Canadian Underwriter

What historical insured catastrophe losses really mean

November 4, 2020   by Greg Meckbach

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If you take a deep dive into the real cost to Canadians of insured major natural disasters, even though the methodology changed around 2008, it still shows a long-term trend of claims cost increases over nearly 40 years, industry experts tell Canadian Underwriter.

Insurance Bureau of Canada provided data on what it calls “Natural disasters — major multiple-payment occurrences” for every year, from 1983 through 2019, to Canadian Underwriter. Those losses (not including adjustment expenses) were $38.4 million in 1983 and $39.1 million in 1984. In 2018 and 2019 the figures were $2 billion and $1.37 billion respectively.

Don Forgeron, IBC’s chief executive officer, alluded to those numbers during the recent CatIQ Connects virtual conference. The Canadian property and casualty insurance industry was averaging about $400 million a year in insured cat losses from 1983 through 2008, Forgeron said at the time. Since 2009, the annual average has been nearly $2 billion.

To look at IBC’s numbers in the context of inflation and population change, Canadian Underwriter obtained consumer price index and census figures from Statistics Canada and adjusted those numbers for inflation.

According to Canadian Underwriter’s own calculations, the inflation-adjusted losses per capita were $3.70 in 1983 and $3.61 in 1984. In 2018 and 2019 they were $59.57 and $39.03 respectively.

It is not an exact apples-to-apples comparison. What exactly constitutes a “natural disasters — major multiple-payment occurrence” was different in the 1980s and 1990s than it is today.

The methodology has improved since 2008 when IBC started using numbers from CatIQ, IBC economist Claudia Verno said in an interview. Before 2008 “the data was not as rigorously taken, so that is something we need to keep in mind when doing trend analysis.”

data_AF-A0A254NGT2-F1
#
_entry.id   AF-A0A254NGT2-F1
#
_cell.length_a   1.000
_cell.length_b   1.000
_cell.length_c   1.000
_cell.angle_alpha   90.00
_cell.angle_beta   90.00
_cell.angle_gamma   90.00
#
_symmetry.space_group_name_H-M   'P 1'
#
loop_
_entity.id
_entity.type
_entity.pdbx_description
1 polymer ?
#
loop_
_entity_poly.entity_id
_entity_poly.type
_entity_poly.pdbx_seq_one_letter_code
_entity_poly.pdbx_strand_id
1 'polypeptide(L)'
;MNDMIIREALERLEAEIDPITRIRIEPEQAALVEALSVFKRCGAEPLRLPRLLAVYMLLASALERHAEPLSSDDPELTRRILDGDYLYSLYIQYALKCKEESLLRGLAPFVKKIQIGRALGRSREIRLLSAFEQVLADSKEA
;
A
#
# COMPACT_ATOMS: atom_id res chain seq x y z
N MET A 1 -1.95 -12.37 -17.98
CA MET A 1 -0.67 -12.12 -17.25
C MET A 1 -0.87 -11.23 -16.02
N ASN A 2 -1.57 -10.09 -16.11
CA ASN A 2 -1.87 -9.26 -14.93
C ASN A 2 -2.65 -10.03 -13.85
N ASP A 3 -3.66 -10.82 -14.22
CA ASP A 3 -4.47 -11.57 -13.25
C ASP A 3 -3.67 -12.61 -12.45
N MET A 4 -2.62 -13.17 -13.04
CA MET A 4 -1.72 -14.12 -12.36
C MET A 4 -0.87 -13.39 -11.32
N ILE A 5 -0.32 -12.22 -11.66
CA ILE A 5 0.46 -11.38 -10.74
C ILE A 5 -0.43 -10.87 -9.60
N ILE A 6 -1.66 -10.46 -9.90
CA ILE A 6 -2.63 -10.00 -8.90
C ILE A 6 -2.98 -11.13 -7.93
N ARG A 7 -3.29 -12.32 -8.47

Canadian Underwriter showed its calculations to Verno and to Blair Feltmate, head of the Intact Centre on Climate Adaptation at the University of Waterloo. Feltmate was asked whether something happened, in the 2007-2010 time frame, that caused the losses in the past 10 years to be a lot higher than they were in the previous 25-year time frame.

Feltmate said the numbers, since 1983, definitely indicate a long-term increase in total claims from natural disasters such as flood, fire and wind.

Verno agrees. “People have more stuff, so there is more at risk. So I am not surprised to see the numbers being higher even on a per capita basis,” she said.

The increase in the amount of material goods that people have, or property at risk, is only a secondary factor, IBC notes. It is only amplifying an effect that is already underway. IBC says the primary cause of the increase in loss costs is the increase in frequency of severe weather events.

Both Feltmate and Verno suggested the numbers show society needs to act now to mitigate the impact of severe weather.

“You need more years, more decades of that data coming in before you can make an inference about whether it’s climate [or] whether it is capital accumulation. But by then it might be too late,” Verno said.

“By the time we have perfect data sets, upon which to take action to mitigate flood risk, it will be too late,” added Feltmate.  “Canada is moving in the right direction to limit the impacts of climate change and extreme weather risk, but we are moving far too slowly.”